Have you ever felt like there was a pebble in your shoe, or that your sock keeps bunching up under your foot? You may be experiencing the early stages of a neuroma. A neuroma is a thickening of nerve tissue that can be caused by injury or pressure, such as from running or wearing high heels. This most commonly occurs between the third and fourth metatarsal bones and is referred to as a Morton’s Neuroma, named after physician and professor Thomas George Morton of Pennsylvania.
The pain from a Morton’s Neuroma can range from a dull ache to a sharp shooting pain, but numbness and burning sensations have also been reported. The pain can often become unbearable after only a short time walking or standing. A Morton’s Neuroma generally has two main causes; ill fitting shoes and repetitive action sports. High heels, or even just shoes with a tapered or tight toe box have been linked to increased chances of neuroma. Sports that involve repetitive actions, such as soccer, tennis, or running have been linked to Morton’s Neuroma.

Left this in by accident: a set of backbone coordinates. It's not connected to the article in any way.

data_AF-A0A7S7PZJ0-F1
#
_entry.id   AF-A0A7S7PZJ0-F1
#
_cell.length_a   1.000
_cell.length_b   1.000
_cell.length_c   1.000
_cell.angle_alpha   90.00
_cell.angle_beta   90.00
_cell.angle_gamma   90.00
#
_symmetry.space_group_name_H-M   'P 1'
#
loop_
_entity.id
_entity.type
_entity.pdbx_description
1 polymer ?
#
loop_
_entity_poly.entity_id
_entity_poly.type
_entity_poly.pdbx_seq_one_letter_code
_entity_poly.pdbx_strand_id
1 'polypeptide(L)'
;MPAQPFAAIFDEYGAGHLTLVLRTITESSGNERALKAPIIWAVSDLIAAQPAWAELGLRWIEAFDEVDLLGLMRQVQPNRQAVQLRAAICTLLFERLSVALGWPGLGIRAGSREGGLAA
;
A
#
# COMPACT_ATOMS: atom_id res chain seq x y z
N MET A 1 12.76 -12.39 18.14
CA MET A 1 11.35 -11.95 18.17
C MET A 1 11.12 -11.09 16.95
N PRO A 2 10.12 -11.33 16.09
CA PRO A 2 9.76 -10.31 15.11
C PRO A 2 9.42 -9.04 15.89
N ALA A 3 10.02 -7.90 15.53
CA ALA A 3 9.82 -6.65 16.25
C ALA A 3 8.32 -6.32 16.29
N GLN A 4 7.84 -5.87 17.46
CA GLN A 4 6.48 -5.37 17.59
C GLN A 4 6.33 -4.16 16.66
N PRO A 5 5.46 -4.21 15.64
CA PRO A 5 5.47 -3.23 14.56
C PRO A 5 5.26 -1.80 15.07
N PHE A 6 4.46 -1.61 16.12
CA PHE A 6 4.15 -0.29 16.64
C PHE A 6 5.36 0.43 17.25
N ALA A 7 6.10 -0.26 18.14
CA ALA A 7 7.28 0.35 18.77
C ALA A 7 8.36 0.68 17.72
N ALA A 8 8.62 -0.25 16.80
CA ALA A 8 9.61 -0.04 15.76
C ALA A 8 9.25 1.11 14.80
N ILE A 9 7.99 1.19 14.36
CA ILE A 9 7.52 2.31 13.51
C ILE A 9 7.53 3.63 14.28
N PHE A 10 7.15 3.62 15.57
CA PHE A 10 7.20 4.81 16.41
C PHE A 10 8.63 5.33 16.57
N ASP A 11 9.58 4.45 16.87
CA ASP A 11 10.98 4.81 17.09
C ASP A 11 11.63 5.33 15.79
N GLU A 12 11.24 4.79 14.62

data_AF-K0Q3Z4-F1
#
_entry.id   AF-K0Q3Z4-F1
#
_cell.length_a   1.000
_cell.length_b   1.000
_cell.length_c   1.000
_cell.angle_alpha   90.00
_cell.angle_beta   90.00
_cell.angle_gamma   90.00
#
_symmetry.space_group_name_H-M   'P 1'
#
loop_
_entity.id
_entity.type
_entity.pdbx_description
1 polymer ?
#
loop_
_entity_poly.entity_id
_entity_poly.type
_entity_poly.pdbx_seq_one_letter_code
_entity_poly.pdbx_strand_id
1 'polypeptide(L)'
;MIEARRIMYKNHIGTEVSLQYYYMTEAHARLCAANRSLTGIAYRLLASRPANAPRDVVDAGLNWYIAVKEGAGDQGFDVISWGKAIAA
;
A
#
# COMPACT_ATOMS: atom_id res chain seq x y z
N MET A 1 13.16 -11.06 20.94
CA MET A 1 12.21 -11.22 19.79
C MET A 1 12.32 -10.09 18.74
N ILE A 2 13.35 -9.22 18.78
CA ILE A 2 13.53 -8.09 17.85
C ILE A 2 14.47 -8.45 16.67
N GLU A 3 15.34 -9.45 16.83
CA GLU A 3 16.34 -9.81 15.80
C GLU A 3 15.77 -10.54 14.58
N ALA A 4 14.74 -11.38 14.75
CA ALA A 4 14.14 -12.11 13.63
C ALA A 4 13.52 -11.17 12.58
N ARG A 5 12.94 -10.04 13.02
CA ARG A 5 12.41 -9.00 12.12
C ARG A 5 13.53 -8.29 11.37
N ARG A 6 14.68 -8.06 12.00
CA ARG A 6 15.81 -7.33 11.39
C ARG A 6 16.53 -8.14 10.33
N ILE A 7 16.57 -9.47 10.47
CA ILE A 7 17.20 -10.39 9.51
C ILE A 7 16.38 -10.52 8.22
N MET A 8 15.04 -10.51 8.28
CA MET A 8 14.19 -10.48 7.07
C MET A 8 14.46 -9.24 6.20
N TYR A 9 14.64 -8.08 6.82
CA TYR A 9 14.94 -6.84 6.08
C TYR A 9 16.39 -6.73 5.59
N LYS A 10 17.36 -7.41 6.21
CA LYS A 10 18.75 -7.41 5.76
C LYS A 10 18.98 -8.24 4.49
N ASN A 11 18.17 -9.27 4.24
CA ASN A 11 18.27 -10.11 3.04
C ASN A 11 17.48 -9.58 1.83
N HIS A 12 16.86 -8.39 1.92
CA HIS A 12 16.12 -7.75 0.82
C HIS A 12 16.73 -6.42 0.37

Diagnosis of the neuroma will include a physical examination of the foot where the doctor will often put pressure on the affected area to try and reproduce the symptoms. Sometimes your podiatrist will want to take an ultrasound of the area to confirm diagnosis, or even an X-ray to help rule out pain from a stress fracture. Early detection of a neuroma can greatly reduce healing time and help to avoid the necessity of surgical intervention.
Treatment of a Morton’s Neuroma can vary depending on when the problem is diagnosed. The use of orthotics inserts is common, often with additional padding added to the area beneath the neuroma to help keep the metatarsal bones separated, removing pressure from the nerves. It is also common practice to use corticosteroid injections to help relieve inflammation. Alcohol sclerosing injections are being used increasingly in medical practices due to their high rate of success in treatment of neuromas. The sclerosing injections are often administered via ultrasound guidance to assure optimal application.
If you think that you or a loved one may be suffering with the pain of a Morton’s Neuroma please contact your podiatrist as soon as possible to avoid unnecessary pain. The doctors and staff of Ankle & Foot Associates, LLC are highly familiar with the signs and symptoms of Morton’s Neuromas and are ready to help get their patients back on their feet and enjoying a happy, pain free life again.
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